Thursday, 30 June 2011

Woolfest 2011

It's two years since I last went to Woolfest, so I really enjoyed my visit last Friday. It was interesting to see the changes in the last two years; more spinning, more laceweight yarns, more unusual fibres. I checked out all the sheep, my favourites were the Ouessant, the lambs were a good match for my cat in size, so tiny. Anyway, the first thing I did was sign up to Inside Crochet magazine. I didn't actually know there was a crochet magazine here, I said as much to the chap on the stall. He looked at me in shock and said "But it's in WH Smith". Like there's one on every corner, of course. Well, the nearest shop is several miles away and I don't go there very often, certainly not to look for a magazine I didn't know existed. Not all of us live and work in towns, you know (he clearly didn't!).

Anyway, I got an excellent goody bag (above), managed to blag an extra back issue on top. I got 750m of yarn yard 4 ply, which I know is lovely from experience, a large ball of sock wool, a couple of patterns, some moisturiser and various bits and pieces. And I was able to go through a box of books and pick a free book - I chose Lily Chin's Power Cables book, which I'd had my eye on already. So that was a really good start to the day.
This is silk roving, a good quantity which I really must spin up over winter, though I do have a stockpile of fibre already. Love these colours, just gorgeous.
And here's a pair of mohair socks from the Woolclip, Mum and I bought a pair last time too. They're particularly good for getting inside shoes which aren't quite big enough for 4 ply socks. Great hand dyeing too.
And this is hemp, I had my eye on it last time but didn't buy any. This time I spent a ridiculous amount of time selecting these colours. Of course, I haven't got a clue what I'm going to do with it, but that's half the fun!

We had a great day, lots to look at, I gazed lovingly at lots of yarn but there is a limit to the size of my purse in the midst of a recession. So I've stored lots up in my memory for next year. Now I have to get on with what I have, and I do have a lot in my stash!

Thursday, 23 June 2011

Wimbledon Knitting

With several hours of tennis on the TV every day, I need something to occupy my hands, so I have been getting a lot of knitting done. While I'm continuing with my silk/cotton sweater, I decided to start a new project. Some weeks ago, I asked the question on Ravelry "does anyone knit/wear wool socks in summer?" I'm programmed for wool socks in winter, but summer? After I asked the question I spent a couple of weeks sitting in the evening with freezing feet as it has been unusually cold and wet here for the last month. So I suppose the answer is "I do"!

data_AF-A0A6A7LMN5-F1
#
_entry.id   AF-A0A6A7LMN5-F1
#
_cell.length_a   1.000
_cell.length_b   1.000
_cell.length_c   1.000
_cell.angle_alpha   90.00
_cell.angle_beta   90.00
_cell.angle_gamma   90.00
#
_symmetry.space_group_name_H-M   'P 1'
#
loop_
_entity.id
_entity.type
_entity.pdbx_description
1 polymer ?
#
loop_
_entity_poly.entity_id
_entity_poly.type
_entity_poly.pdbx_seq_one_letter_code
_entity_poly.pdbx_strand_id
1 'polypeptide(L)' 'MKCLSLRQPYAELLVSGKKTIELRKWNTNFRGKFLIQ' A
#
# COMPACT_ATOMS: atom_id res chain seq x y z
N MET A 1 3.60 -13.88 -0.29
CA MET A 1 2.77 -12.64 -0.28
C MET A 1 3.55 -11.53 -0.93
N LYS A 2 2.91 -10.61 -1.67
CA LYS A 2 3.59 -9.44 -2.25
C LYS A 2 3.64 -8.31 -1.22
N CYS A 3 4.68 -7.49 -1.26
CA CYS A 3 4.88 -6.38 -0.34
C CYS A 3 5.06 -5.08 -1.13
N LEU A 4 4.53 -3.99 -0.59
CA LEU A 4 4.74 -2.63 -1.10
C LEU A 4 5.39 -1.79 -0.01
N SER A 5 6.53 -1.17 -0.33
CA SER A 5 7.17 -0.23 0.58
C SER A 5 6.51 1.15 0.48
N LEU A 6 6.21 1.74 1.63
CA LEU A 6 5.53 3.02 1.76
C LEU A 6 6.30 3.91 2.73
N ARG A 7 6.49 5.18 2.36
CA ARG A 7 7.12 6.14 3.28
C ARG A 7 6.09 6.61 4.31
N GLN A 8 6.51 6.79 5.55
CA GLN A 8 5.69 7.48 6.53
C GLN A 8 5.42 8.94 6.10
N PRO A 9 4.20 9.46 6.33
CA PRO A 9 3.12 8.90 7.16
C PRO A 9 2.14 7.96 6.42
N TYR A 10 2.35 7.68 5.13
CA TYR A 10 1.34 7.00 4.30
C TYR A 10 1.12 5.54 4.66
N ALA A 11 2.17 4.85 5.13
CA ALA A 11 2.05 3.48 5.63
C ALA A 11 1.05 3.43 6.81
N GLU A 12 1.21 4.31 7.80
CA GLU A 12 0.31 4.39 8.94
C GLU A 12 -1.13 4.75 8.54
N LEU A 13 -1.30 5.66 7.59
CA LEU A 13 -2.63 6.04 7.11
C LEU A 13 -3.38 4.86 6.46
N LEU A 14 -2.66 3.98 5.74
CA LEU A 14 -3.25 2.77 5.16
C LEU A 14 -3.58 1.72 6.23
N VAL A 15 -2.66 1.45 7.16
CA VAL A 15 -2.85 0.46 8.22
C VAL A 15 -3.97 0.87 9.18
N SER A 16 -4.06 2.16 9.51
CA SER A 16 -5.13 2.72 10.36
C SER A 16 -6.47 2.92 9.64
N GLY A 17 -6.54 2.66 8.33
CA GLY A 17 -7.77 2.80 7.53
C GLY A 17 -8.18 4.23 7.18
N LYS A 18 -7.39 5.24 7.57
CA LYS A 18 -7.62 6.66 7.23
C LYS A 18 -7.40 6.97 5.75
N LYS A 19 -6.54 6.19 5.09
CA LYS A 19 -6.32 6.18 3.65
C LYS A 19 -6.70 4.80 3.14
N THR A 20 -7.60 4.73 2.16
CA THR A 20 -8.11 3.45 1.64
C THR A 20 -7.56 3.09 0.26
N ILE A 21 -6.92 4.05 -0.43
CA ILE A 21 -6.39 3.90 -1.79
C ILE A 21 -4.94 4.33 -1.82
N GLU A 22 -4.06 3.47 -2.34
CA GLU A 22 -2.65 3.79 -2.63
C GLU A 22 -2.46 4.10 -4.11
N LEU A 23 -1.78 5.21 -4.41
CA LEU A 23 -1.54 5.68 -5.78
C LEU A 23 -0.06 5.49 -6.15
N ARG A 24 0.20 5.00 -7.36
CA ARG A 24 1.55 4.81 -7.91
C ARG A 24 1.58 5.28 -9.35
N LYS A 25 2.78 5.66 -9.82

Knitting magazine included a sock pattern supplement this month, with summer socks in there so I decided to have a go. I picked this lacy pattern and got some wool out of my stash. It's a 3 ply, so a bit fine for socks generally, but nice and fluffy as I think it has some angora in it.
The pattern is nice and fairly easy, so suitable for tennis knitting. Here's the pattern along the foot, dead easy, just 2 pattern rows out of 4. The heel was supposed to be done in short rows, but I've only every done a short row heel once and the pattern instructions looked like they'd been written in German, translated into Japanese and then into English. Incomprehensible, so I just did my standard heel.
Just above the ankle there is a nice diamond pattern repeated four times around the leg.
And the top has a special pattern which creates a firm fabric which stays up, without the need for ribbing. So I've finished one sock, should be able to get the second one done by the end of Wimbledon. It's a nice, airy construction so not too hot, just enough to keep my tootsies warm.

Tomorrow I'm off to Woolfest, am going to try to restrain my spending. Let's see how I do...

Saturday, 11 June 2011

Sanquhar Gloves - Prince of Wales

Yesterday I finally finished my second pair of Sanquhar gloves - this time the Prince of Wales pattern. This has to be my longest project ever - I started them on 24 September last year! I do find these gloves rather addictive because they are challenging in both pattern and technique for me. In particular, I was determined to crack the issue I have knitting gloves and socks, where I end up in pain because of a long-standing problem with my left elbow. I want to be able to knit for another 40 years, so I really wanted to fix this. I only have this difficulty with dpns, and it means tight and variable tension in my knitting, along with pain in my arm. I do think I have resolved it finally with this project, the first step was switching to Portuguese style knitting (lots of info on this on Ravelry and YouTube) which has helped, but the solution to the tension in my left hand (probably due to over-compensating for my weaker grip) has proved to be both holding my knitting lower and concentrating on relaxing. I seem to have trained out the tight knitting during this project, but it does mean the second glove is better than the first!